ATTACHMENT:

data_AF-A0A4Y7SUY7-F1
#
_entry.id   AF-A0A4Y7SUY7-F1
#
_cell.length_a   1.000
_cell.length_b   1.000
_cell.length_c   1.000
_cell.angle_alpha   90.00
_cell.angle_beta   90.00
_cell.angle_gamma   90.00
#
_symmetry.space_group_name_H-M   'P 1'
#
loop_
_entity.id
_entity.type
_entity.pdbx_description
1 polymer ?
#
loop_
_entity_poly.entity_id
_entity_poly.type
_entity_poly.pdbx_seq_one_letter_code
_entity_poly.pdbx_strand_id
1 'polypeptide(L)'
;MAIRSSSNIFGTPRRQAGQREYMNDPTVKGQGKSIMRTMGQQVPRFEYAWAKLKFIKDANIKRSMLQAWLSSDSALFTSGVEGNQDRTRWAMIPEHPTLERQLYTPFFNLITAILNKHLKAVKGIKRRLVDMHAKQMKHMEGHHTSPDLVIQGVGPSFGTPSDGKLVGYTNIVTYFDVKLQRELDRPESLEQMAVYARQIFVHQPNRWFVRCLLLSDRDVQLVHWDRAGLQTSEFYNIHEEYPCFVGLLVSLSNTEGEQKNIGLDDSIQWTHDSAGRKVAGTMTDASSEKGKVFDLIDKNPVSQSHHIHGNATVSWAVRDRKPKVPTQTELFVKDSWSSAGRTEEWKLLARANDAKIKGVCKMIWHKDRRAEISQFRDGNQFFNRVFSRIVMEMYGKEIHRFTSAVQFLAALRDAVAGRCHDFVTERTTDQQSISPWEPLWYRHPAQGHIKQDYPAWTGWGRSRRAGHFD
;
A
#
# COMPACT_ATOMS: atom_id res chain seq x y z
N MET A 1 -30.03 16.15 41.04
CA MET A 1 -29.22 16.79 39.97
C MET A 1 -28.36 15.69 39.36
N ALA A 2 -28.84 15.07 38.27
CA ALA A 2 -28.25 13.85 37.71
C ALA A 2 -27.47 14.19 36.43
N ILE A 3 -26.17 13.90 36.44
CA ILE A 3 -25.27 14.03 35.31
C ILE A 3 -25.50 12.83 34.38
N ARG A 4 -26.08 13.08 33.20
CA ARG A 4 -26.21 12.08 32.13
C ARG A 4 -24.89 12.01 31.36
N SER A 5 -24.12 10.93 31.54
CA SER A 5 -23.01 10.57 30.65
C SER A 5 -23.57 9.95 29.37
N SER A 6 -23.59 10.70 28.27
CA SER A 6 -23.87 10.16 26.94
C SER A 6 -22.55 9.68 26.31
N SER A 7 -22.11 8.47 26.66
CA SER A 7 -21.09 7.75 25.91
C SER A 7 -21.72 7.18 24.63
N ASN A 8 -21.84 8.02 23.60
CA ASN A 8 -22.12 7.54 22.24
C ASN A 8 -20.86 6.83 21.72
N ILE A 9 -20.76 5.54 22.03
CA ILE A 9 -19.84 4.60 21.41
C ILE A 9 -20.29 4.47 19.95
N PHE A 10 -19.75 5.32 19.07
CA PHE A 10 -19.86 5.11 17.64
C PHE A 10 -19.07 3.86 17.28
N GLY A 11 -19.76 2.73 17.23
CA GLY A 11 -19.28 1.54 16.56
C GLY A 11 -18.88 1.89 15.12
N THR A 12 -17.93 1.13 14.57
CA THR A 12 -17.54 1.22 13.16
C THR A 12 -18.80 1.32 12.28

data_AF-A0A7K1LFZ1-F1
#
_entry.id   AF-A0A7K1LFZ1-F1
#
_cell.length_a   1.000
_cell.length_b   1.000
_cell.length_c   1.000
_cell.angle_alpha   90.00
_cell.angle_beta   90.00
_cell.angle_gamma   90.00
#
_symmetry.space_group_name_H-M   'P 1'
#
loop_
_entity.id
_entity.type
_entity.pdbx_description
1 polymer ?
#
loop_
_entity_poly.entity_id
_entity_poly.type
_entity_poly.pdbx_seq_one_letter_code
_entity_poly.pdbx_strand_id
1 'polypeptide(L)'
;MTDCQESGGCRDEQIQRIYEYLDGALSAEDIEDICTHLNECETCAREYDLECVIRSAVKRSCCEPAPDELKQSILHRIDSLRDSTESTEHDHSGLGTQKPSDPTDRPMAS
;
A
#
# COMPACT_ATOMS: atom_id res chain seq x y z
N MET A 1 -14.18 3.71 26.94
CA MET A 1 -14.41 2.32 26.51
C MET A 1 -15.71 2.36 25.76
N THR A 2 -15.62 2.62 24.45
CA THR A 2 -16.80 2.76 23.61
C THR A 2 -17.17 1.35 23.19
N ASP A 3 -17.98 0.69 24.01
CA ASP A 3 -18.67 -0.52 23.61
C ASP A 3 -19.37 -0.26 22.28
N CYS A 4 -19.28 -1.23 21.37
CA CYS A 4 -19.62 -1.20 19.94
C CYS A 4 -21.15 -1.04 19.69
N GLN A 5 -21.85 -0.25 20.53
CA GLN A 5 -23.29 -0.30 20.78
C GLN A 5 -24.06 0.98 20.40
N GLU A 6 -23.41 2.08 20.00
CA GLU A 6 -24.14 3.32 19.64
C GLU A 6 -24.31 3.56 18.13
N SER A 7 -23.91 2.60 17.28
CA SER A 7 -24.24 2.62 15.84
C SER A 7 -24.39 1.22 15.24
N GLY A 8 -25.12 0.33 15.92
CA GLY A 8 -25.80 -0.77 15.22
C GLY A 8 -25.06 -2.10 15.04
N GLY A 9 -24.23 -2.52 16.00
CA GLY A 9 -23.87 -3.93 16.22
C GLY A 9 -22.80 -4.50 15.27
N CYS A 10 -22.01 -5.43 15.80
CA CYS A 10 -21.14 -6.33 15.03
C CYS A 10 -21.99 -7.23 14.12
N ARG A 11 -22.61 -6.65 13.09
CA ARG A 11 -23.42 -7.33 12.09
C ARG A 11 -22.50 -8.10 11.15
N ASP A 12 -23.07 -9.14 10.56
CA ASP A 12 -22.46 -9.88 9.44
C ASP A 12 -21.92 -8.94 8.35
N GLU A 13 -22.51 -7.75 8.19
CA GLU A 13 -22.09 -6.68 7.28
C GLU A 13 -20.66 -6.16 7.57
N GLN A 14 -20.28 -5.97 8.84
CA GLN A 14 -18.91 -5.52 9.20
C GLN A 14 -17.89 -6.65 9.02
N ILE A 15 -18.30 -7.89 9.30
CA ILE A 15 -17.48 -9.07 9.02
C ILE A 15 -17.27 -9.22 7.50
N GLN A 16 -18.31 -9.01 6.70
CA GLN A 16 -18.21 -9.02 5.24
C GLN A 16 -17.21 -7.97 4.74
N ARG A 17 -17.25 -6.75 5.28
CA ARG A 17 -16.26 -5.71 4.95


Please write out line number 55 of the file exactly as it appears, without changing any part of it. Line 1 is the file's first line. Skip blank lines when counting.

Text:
N ILE A 9 -20.76 5.54 22.03